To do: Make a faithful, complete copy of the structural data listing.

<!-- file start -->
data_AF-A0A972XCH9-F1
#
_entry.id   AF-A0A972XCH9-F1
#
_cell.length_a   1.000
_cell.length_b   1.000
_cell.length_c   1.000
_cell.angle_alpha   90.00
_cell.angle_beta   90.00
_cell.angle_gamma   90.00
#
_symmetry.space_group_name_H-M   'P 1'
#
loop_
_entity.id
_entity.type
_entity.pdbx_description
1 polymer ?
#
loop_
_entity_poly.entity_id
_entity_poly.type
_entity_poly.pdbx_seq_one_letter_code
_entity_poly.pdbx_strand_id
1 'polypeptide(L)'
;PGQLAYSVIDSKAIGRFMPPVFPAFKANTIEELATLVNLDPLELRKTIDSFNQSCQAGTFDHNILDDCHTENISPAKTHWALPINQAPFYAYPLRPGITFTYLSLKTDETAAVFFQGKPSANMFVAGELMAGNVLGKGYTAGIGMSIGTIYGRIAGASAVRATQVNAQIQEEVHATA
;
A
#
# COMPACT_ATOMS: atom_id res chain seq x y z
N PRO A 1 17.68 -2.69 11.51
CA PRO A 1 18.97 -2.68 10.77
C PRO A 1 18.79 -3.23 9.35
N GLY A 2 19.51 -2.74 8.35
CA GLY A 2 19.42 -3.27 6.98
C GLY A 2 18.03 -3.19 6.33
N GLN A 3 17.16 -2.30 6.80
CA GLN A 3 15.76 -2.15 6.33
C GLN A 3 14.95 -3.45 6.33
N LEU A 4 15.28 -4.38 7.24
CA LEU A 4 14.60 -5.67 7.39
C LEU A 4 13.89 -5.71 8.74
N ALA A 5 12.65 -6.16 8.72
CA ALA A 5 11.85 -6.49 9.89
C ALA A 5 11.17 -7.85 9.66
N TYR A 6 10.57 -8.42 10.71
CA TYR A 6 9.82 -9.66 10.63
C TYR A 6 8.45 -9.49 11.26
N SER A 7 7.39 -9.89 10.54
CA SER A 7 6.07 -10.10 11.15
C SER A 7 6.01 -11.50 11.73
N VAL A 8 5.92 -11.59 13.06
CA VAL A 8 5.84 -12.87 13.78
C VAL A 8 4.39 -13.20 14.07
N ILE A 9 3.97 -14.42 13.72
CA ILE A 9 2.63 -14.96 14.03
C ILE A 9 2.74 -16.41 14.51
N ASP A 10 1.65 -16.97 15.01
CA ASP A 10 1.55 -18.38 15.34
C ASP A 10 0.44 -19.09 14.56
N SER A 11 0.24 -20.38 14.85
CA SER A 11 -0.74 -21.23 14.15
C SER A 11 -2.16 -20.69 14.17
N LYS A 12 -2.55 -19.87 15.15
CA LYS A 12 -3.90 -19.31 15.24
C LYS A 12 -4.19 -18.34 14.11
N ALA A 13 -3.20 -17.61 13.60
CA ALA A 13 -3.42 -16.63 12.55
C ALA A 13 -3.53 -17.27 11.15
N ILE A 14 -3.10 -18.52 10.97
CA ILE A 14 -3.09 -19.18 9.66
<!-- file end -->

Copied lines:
data_AF-A0A972XCH9-F1
#
_entry.id   AF-A0A972XCH9-F1
#
_cell.length_a   1.000
_cell.length_b   1.000
_cell.length_c   1.000
_cell.angle_alpha   90.00
_cell.angle_beta   90.00
_cell.angle_gamma   90.00
#
_symmetry.space_group_name_H-M   'P 1'
#
loop_
_entity.id
_entity.type
_entity.pdbx_description
1 polymer ?
#
loop_
_entity_poly.entity_id
_entity_poly.type
_entity_poly.pdbx_seq_one_letter_code
_entity_poly.pdbx_strand_id
1 'polypeptide(L)'
;PGQLAYSVIDSKAIGRFMPPVFPAFKANTIEELATLVNLDPLELRKTIDSFNQSCQAGTFDHNILDDCHTENISPAKTHWALPINQAPFYAYPLRPGITFTYLSLKTDETAAVFFQGKPSANMFVAGELMAGNVLGKGYTAGIGMSIGTIYGRIAGASAVRATQVNAQIQEEVHATA
;
A
#
# COMPACT_ATOMS: atom_id res chain seq x y z
N PRO A 1 17.68 -2.69 11.51
CA PRO A 1 18.97 -2.68 10.77
C PRO A 1 18.79 -3.23 9.35
N GLY A 2 19.51 -2.74 8.35
CA GLY A 2 19.42 -3.27 6.98
C GLY A 2 18.03 -3.19 6.33
N GLN A 3 17.16 -2.30 6.80
CA GLN A 3 15.76 -2.15 6.33
C GLN A 3 14.95 -3.45 6.33
N LEU A 4 15.28 -4.38 7.24
CA LEU A 4 14.60 -5.67 7.39
C LEU A 4 13.89 -5.71 8.74
N ALA A 5 12.65 -6.16 8.72
CA ALA A 5 11.85 -6.49 9.89
C ALA A 5 11.17 -7.85 9.66
N TYR A 6 10.57 -8.42 10.71
CA TYR A 6 9.82 -9.66 10.63
C TYR A 6 8.45 -9.49 11.26
N SER A 7 7.39 -9.89 10.54
CA SER A 7 6.07 -10.10 11.15
C SER A 7 6.01 -11.50 11.73
N VAL A 8 5.92 -11.59 13.06
CA VAL A 8 5.84 -12.87 13.78
C VAL A 8 4.39 -13.20 14.07
N ILE A 9 3.97 -14.42 13.72
CA ILE A 9 2.63 -14.96 14.03
C ILE A 9 2.74 -16.41 14.51
N ASP A 10 1.65 -16.97 15.01
CA ASP A 10 1.55 -18.38 15.34
C ASP A 10 0.44 -19.09 14.56
N SER A 11 0.24 -20.38 14.85
CA SER A 11 -0.74 -21.23 14.15
C SER A 11 -2.16 -20.69 14.17
N LYS A 12 -2.55 -19.87 15.15
CA LYS A 12 -3.90 -19.31 15.24
C LYS A 12 -4.19 -18.34 14.11
N ALA A 13 -3.20 -17.61 13.60
CA ALA A 13 -3.42 -16.63 12.55
C ALA A 13 -3.53 -17.27 11.15
N ILE A 14 -3.10 -18.52 10.97
CA ILE A 14 -3.09 -19.18 9.66